Built just two years before nearby 1933, the still-functioning Shanghai General Post Office (Shànghǎi Yóuzhèng Zǒngjú, 上海邮政总局) must rank as among the world's finest: it's baroque clock tower alone (which you can get close to from the free-to-enter roof garden) is something of a city landmark. (Those in the know use the garden for secret picnics, taking full advantage of a five-star-worthy view of the Pudong skyline, just across the river.)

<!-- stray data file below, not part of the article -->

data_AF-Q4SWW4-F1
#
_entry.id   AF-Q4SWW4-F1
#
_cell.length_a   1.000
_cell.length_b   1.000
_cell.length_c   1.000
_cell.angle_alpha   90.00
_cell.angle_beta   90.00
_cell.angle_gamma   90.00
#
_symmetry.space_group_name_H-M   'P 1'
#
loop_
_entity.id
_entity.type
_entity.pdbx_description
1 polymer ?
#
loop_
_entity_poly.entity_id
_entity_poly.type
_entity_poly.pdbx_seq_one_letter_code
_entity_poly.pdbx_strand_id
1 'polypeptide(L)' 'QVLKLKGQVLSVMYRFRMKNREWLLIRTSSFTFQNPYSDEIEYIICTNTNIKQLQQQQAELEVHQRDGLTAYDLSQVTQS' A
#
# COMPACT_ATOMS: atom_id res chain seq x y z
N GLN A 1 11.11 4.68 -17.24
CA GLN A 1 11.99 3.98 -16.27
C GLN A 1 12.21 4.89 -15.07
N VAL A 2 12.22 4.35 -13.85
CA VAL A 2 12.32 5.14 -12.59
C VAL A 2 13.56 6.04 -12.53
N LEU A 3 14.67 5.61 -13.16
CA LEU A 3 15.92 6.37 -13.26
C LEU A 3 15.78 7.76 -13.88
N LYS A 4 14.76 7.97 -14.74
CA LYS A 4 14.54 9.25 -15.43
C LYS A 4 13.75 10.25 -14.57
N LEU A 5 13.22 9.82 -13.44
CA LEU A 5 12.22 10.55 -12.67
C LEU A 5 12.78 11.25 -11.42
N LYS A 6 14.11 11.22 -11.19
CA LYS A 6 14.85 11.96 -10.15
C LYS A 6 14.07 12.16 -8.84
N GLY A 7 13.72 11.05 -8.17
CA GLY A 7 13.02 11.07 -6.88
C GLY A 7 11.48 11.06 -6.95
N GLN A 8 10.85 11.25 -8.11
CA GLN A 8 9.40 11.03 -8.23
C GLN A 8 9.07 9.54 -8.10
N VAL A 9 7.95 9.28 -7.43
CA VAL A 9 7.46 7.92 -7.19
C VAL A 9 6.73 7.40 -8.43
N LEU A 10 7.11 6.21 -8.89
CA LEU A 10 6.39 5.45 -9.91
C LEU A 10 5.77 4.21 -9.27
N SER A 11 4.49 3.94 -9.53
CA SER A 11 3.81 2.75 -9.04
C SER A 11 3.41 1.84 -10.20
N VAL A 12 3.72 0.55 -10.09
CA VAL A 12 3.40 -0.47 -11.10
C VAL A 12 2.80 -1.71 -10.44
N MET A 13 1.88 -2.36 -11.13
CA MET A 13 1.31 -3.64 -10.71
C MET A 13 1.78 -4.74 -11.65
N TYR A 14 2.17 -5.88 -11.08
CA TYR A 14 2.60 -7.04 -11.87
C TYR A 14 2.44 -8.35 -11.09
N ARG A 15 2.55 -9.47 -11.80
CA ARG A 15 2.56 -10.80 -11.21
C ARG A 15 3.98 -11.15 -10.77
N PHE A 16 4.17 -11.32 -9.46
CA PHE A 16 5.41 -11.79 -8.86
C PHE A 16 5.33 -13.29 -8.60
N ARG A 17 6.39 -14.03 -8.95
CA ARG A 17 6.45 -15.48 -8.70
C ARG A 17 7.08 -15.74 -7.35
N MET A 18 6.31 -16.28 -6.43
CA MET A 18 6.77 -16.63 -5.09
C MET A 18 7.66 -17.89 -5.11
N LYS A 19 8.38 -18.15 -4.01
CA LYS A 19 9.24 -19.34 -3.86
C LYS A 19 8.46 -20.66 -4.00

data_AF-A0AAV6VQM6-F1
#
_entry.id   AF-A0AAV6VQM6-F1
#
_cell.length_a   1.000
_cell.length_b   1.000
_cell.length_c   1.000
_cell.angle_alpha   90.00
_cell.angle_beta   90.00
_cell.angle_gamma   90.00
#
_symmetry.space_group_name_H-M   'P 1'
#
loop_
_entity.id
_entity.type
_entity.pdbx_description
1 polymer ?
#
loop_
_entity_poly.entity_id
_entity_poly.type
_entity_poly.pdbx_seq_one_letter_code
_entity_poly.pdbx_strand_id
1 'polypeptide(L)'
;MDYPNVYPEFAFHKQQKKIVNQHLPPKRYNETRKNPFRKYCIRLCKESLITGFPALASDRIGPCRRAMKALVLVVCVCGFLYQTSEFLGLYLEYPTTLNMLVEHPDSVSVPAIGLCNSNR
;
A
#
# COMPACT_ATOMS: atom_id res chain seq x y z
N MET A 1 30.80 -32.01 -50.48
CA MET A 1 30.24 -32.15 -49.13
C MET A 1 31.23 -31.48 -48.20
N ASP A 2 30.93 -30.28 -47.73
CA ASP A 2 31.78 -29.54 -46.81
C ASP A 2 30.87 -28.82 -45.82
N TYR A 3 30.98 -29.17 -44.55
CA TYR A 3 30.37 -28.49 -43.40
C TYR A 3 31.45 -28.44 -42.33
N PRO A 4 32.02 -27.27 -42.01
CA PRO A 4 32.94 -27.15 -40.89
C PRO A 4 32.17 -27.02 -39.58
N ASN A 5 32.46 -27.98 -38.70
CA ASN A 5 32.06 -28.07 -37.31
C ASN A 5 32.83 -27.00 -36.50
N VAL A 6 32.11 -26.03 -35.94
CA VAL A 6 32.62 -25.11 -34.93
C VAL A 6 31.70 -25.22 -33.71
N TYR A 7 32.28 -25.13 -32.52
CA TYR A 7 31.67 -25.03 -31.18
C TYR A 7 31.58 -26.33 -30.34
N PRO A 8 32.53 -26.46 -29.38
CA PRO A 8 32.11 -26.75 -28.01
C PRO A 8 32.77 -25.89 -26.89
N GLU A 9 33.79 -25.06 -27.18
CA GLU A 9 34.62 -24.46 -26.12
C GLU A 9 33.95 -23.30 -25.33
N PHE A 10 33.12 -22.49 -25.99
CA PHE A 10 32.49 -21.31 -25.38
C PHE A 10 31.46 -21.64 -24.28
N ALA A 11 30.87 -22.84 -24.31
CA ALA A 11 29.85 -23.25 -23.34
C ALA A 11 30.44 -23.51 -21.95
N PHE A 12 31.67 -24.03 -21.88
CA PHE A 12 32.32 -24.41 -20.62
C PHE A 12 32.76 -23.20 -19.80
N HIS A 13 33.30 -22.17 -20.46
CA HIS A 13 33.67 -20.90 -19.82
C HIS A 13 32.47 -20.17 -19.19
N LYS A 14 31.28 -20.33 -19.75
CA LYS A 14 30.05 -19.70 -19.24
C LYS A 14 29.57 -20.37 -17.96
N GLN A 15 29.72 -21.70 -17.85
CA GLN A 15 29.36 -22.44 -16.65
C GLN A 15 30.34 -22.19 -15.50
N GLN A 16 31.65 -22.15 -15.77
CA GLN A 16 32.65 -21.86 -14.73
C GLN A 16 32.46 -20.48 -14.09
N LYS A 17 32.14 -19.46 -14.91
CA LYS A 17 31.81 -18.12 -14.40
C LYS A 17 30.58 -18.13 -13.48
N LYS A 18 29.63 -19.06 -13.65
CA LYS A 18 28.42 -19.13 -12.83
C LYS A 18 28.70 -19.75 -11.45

The second of the building's four floors is the post office proper, and also the jumping-off point for a surprisingly engaging display on the history of mail in China: from pictures of messengers on horseback, to decommissioned freight trains, and even a postal aircraft suspended in the building's rather beautiful atrium. Stamp collections, uniforms, and an imagined "Future Postal Service" round out the display. All in all, certainly one of the more unexpected delights in the city.
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